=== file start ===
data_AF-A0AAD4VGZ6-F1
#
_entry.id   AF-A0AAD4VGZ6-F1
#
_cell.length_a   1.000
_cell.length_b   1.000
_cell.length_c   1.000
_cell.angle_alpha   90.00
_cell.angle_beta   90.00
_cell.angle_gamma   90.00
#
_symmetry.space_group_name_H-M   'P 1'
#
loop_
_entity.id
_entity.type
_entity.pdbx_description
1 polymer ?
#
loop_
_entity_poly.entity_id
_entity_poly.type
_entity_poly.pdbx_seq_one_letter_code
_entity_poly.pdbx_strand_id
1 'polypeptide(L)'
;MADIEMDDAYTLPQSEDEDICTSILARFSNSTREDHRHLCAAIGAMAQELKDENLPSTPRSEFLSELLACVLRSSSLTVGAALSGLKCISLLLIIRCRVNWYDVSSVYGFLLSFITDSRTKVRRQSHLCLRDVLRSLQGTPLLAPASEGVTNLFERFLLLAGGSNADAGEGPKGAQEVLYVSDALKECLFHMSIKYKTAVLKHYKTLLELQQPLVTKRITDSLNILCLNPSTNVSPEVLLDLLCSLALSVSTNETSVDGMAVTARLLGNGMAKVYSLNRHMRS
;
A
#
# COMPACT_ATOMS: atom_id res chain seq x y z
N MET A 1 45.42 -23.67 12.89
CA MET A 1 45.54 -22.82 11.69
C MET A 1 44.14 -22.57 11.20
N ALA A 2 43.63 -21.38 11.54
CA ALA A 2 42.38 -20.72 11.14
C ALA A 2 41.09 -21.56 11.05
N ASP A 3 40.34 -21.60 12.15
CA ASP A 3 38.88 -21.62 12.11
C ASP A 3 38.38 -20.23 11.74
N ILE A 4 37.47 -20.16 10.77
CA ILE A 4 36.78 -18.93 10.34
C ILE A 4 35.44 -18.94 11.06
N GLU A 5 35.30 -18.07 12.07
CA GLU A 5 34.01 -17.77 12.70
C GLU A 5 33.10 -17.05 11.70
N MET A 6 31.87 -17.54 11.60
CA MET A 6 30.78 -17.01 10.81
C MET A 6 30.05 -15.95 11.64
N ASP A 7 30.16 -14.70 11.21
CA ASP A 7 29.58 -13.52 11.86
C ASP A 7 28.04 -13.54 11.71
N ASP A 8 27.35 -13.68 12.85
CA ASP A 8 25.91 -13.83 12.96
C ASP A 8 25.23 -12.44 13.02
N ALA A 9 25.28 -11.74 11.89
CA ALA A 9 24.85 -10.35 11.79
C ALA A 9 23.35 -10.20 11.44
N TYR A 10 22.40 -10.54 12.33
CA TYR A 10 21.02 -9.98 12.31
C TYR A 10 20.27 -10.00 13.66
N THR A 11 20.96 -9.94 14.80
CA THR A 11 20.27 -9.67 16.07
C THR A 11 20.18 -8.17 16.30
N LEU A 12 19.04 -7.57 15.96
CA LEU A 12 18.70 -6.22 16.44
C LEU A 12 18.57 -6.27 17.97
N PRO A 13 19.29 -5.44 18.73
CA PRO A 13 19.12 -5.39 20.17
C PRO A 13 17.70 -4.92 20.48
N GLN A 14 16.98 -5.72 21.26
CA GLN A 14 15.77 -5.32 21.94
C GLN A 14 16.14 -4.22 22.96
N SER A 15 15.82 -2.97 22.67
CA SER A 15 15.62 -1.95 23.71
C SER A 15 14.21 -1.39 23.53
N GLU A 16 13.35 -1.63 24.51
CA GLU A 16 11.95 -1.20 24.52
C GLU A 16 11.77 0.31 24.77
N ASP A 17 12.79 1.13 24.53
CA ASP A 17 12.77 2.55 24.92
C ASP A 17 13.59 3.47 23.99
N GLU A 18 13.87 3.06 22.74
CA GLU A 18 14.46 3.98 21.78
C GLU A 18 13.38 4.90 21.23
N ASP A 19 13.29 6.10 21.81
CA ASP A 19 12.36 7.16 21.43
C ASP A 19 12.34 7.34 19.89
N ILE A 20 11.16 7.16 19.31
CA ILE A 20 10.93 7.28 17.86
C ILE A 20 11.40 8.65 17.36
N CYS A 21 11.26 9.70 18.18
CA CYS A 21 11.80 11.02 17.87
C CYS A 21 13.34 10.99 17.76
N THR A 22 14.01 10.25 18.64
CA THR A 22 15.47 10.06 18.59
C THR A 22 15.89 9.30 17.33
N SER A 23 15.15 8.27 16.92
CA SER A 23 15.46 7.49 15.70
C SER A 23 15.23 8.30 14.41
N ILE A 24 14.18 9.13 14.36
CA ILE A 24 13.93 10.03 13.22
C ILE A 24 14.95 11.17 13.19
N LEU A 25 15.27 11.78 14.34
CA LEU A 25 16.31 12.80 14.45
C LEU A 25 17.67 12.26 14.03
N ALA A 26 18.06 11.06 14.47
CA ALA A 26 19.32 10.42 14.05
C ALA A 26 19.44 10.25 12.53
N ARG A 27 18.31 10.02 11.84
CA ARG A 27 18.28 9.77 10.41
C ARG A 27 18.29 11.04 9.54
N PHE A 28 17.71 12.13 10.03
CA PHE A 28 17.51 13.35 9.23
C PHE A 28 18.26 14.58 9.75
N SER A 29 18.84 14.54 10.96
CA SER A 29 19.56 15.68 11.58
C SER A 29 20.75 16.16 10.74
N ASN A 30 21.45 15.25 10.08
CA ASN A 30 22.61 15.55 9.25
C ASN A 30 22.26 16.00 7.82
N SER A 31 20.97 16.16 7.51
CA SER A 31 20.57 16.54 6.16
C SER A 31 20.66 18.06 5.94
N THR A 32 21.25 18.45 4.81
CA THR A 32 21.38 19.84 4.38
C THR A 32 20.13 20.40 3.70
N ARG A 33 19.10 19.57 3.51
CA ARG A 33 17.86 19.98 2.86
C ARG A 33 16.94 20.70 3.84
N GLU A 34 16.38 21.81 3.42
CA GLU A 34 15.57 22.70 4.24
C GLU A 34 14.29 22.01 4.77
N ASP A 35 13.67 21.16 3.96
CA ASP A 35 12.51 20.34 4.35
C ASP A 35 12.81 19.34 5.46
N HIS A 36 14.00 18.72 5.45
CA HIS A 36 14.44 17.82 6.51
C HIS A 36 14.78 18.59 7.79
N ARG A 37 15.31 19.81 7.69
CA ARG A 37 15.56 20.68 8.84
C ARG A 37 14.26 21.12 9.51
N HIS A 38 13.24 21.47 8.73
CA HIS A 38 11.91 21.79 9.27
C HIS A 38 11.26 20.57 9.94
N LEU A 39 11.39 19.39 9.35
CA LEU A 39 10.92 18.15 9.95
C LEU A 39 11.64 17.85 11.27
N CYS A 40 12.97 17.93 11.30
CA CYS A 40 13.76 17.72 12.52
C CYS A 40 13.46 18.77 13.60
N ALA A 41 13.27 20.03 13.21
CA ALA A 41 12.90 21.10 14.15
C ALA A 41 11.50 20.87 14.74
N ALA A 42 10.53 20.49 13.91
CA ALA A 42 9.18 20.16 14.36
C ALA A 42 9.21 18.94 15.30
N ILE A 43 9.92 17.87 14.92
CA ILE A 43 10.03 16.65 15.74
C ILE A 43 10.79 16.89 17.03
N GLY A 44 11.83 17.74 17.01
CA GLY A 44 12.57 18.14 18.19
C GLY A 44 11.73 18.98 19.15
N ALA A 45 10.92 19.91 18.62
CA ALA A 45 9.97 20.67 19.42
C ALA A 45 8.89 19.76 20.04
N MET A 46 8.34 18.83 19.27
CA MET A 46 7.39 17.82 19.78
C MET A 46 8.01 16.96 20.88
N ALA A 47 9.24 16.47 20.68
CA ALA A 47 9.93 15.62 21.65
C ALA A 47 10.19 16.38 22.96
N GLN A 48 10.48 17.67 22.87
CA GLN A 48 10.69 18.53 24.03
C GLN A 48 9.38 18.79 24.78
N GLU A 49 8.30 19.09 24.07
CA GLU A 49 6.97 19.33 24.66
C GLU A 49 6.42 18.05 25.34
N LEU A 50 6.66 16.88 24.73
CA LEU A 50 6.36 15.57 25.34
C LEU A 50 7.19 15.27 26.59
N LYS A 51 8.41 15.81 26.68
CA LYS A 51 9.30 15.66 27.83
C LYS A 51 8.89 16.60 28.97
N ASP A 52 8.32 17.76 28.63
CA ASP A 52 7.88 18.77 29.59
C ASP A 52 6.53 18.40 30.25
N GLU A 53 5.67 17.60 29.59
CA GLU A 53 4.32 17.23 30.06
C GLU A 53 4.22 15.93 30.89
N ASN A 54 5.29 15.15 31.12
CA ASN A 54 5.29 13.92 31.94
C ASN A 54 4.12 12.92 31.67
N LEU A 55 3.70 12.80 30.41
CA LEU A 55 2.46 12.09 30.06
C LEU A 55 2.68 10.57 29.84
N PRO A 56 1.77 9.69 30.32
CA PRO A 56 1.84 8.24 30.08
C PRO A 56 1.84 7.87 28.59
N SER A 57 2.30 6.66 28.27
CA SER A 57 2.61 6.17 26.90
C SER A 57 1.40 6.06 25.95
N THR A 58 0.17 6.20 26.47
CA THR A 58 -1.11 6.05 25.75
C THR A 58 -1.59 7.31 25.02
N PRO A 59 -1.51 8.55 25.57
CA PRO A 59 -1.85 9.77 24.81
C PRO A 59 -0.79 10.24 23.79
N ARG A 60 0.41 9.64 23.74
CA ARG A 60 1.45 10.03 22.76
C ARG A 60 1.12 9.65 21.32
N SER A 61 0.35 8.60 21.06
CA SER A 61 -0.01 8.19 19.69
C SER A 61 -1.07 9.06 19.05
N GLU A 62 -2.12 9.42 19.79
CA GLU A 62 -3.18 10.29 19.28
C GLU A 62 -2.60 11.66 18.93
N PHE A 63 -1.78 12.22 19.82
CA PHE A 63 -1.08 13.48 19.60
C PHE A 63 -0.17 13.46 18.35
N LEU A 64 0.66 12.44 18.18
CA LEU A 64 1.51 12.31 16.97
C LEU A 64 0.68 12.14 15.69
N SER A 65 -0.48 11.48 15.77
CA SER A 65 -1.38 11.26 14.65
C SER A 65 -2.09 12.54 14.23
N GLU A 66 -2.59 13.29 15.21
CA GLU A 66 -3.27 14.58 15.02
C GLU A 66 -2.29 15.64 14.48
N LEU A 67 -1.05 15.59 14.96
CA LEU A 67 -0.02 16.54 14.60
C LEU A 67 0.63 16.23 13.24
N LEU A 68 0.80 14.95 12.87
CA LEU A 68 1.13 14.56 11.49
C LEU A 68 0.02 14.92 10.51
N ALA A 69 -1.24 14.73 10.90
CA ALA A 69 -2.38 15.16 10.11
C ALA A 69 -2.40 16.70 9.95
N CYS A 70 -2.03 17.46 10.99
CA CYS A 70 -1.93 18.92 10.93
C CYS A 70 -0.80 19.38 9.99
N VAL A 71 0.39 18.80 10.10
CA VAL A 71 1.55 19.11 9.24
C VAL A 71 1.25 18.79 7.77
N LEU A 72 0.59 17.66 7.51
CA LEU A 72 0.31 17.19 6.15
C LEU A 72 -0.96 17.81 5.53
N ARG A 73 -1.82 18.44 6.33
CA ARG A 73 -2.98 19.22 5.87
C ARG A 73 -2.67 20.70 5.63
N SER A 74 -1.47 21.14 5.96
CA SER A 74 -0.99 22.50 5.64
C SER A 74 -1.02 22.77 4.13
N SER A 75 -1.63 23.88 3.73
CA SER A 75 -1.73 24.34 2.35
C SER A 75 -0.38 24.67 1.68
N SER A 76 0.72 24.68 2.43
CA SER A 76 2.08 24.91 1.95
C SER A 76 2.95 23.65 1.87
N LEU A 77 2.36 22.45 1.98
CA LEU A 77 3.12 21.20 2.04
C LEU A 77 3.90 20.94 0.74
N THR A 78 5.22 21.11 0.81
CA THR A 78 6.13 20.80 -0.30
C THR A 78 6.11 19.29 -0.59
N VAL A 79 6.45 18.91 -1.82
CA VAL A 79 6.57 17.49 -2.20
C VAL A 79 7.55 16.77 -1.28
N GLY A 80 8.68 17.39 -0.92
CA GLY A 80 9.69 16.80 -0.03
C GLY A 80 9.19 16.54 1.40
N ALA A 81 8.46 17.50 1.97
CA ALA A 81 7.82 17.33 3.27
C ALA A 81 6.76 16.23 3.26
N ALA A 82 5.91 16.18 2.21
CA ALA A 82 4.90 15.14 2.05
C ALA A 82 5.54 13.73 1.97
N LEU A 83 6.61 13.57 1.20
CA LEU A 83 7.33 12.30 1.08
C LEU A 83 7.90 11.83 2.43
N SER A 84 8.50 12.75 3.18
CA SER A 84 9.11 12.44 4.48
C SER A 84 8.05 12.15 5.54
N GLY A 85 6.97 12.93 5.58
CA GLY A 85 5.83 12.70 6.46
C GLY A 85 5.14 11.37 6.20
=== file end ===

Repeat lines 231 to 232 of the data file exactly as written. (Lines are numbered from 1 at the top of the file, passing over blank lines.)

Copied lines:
C LEU A 67 0.63 16.23 13.24
N LEU A 68 0.80 14.95 12.87